ABSTRACT: Faraday surface instability measurements of the critical acceleration, a(c), and wave number, k(c), for standing surface waves on a tetracosanol (C24H50) melt exhibit abrupt changes at T(s)=54 degrees C, approximately 4 degrees C above the bulk freezing temperature. The measured variations of a(c) and k(c) vs temperature and driving frequency are accounted for quantitatively by a hydrodynamic model, revealing a change from a free-slip surface flow, generic for a free liquid surface (T>T(s)), to a surface-pinned, no-slip flow, characteristic of a flow near a wetted solid wall (T<T(s)). The change at T(s) is traced to the onset of surface freezing, where the steep velocity gradient in the surface-pinned flow significantly increases the viscous dissipation near the surface.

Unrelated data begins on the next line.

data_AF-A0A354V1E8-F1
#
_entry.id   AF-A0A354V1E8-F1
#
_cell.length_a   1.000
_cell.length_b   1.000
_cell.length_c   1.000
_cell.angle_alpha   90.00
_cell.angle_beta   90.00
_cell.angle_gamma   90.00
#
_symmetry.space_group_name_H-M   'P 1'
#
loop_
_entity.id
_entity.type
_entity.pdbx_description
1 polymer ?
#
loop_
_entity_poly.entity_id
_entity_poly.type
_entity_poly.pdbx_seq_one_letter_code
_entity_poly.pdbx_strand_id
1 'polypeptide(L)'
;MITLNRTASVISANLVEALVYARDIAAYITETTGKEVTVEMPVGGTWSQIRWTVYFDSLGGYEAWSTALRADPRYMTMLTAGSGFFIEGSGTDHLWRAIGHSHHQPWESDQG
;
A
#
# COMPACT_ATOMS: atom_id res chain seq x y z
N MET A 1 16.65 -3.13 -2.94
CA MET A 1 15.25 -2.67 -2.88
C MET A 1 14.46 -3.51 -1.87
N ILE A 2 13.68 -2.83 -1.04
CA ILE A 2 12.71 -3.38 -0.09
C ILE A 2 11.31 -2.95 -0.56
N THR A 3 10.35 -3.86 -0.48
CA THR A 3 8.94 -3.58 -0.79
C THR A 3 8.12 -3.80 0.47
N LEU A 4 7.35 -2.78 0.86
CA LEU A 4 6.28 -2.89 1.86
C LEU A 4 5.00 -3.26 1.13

Physical Review Letters 05/2005; 94(18):184504. · 7.37 Impact Factor